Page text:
S2S from QS via PC, OK? Part 3

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Sonik Wiz

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Having started somewhat in the middle
of this S2S process, with the decoding, it’s time to see what can be done with pre/post enhancements & variations of the decoding. I sperated it this way to make clear that the following methods are not integral to the decoding.

All righty then.

PRE ENHANCEMENT
A PM I received from Lucanu that had tried this decoding process as described so far remarked that it “did not sound very quaddy.” He is exactly right for two reasons:
1, I gave wrong values for Preset #3 in Channel Mixer
2, It is essential for pin point left back / right back sound to use a pre synthesis blend before decoding.

Using only the decoding as previously described does give some good surround effects, in fact for certain pieces it might be preferable to aggressive wrap around surround. It is very close to the sound of basic QS decoding with Vario Matrix, giving more of a center left & center right decode for left only or right only stereo inputs. Not bad on its own, nice to have a choice.

To make a left only stereo input decode as left back only, the decoder needs to “see” this as a left back signal. The QS PRE SYNTH preset made in Channel Mixer does this. For a left only signal the preset mixes the left audio to the right channel at 7.7 dB lower and polarity inverted compared to the original. For a right only the situation is reversed: the right channel is at full level and the left channel now carries the signal at inverted polarity, 7.7 dB lower.

This is the same approach done on all Sansui Vario Matrix decoders, but they were able to do it with only a simple resistor switched in between two transistors to accomplish this in hardware. In this PC adaption, using the pre synth blend will produce a rock solid image in left back or right back speakers. Sounds dynamically panned from one channel to the other in the stereo original will start in a back channel and move in a semi circle around you & end up in the other back speaker. Center front stays center front. Natural ambient reverb stays behind you. It is this capability of my S2S approach that sets it apart from many other methods that are available on the PC as plug ins or other methods talked about on the Net.

Obviously, you don’t have to use this blend at all or may choose to modify it for your own needs. After several listening tests I have settled actually on using a .3, or -10dB, opposite phase blend for my own projects. This is listed as simply “Wide Stereo” in the AA Channel Mixer preset library. I have made a demo DVD with both music video clips and music only tracks & have sent it to a few members of the QQ Forum. On all except two tracks I have used the Wide Stereo .3 blend. So for those that have heard it, consider that the left back / right back action could still be kicked up a notch. I use the lesser blend for two reasons:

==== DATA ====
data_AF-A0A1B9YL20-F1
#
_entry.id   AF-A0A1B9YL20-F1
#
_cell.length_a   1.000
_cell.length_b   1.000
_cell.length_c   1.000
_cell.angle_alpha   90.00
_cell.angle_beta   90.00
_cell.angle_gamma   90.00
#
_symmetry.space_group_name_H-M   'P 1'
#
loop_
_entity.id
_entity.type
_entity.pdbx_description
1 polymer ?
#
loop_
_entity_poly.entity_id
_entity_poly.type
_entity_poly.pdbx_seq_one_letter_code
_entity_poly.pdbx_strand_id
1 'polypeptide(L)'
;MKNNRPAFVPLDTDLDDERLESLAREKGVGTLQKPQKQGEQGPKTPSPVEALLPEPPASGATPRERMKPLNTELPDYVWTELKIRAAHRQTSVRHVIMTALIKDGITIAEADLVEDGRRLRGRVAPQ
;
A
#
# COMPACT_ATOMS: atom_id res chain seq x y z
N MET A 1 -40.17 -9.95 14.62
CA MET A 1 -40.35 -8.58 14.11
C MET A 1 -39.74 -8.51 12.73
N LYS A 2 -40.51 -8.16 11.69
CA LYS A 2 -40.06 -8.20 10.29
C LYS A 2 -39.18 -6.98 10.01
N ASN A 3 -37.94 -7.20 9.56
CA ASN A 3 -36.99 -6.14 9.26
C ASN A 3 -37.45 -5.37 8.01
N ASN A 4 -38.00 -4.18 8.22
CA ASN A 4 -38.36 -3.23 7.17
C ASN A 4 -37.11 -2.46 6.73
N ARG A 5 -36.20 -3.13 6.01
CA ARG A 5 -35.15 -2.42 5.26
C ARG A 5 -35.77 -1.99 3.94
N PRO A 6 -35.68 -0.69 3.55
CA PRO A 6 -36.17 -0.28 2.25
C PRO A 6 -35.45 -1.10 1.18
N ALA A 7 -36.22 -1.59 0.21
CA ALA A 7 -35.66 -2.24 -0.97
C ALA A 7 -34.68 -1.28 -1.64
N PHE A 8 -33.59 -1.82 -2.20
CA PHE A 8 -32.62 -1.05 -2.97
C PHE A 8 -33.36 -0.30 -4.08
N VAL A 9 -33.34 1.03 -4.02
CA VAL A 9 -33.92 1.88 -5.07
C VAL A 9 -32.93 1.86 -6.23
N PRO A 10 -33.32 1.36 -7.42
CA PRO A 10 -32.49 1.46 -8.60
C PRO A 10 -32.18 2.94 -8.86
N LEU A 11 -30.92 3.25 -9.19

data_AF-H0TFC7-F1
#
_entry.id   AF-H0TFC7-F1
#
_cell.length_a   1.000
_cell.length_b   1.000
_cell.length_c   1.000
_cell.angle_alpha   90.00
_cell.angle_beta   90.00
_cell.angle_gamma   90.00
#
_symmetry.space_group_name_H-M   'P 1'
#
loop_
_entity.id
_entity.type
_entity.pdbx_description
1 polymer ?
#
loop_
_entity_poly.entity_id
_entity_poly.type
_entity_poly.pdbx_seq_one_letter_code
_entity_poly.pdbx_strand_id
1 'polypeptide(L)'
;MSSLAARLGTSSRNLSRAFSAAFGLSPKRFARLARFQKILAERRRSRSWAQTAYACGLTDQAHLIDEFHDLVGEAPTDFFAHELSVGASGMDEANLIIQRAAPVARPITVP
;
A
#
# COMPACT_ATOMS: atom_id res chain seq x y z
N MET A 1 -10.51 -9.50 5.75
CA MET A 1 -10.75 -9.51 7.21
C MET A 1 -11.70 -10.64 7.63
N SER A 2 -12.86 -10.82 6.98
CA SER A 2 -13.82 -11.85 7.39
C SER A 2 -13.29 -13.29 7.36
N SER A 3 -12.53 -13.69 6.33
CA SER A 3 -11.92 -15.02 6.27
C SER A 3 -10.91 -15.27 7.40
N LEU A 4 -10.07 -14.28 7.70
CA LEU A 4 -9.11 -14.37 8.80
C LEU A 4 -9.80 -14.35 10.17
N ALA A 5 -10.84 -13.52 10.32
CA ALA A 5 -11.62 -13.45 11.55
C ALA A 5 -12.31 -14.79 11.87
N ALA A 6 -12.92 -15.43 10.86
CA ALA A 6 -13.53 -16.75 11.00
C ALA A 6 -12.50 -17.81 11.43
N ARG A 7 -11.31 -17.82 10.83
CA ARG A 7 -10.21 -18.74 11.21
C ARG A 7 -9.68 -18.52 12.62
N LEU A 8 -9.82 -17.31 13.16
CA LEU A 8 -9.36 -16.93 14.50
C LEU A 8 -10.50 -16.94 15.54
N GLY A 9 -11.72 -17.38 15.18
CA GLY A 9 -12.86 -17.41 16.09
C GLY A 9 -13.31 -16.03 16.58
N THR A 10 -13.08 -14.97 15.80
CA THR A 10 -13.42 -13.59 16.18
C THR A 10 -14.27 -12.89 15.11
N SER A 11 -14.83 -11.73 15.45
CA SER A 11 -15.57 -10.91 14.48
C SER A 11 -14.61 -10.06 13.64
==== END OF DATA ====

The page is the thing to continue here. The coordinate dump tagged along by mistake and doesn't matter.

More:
1, Any out of phase blending to the stereo original does take a toll on the common mode audio, i.e., usually vocals and bass, and attenuates them. So the least possible blending of this type to achieve a given effect the better.
2, A .3 blend takes into account the amount of natural out of phase content that already exists in the stereo original and still locks on to that 270deg wrap around sound quite nicely.
The higher .4 blend, as in the QS Pre Synth preset, sounds great on high separation instrumentals where there are no vocals to worry about and reduction in bass can be compensated for by EQ or raising the LFE level. Some Herbie Hancock tracks are on my short list to do this to.

Think of the creative fun you can have with this pre synth. You can choose different amounts for different songs, or choose varying amounts within a song. You can also apply an overall pre synth blend to a song, select the intro portion of the music, then go to AA Pan Expand effect. Choose narrow (zero separation) at the beginning of the selection’s time and Expand to normal, 100, at the end. The song will start out on mono center front and expand in width & depth to full surround at the end of the selection. Using the Graphic Phase Shifter you can have a sound pan from front to rear. Start by making a selection you want to pan & choose left only. Go to the GPS and select 0 deg phase change at the beginning and +90 deg at the end. Then select right only and do the same but have it go from 0 deg to -90 at the end. Effects like this are easy to do, not so easy is make smooth transitions between the effected part and the rest of the music. Choose your edit points wisely. And sometimes it is better to have a pan, phase shift, or expansion effect start at zero or neutral, advance to the intended effect quickly, and then return to zero at the end of that time frame.

POST ENHANCEMENT
Only once have I ever heard the remark made that listening in the stereo surround modes on a Fosgate 101 or Vario Matrix decoder seemed to diminish & flatten the front soundstage. Maybe we are all just too fixated on the back channels to catch what’s happening up front sometimes! But I agree totally with who ever made that observation. It’s understandable that if you take the hard panned left & right signals from a stereo mix & put them behind you, then they simply are not there any longer to aid in the width of the front soundstage. In theory a certain phase/amplitude combination is still going to equal decoded left front or right front only, but in practice it just doesn’t work out that well. The fix to this is some simple post processing of the front channels.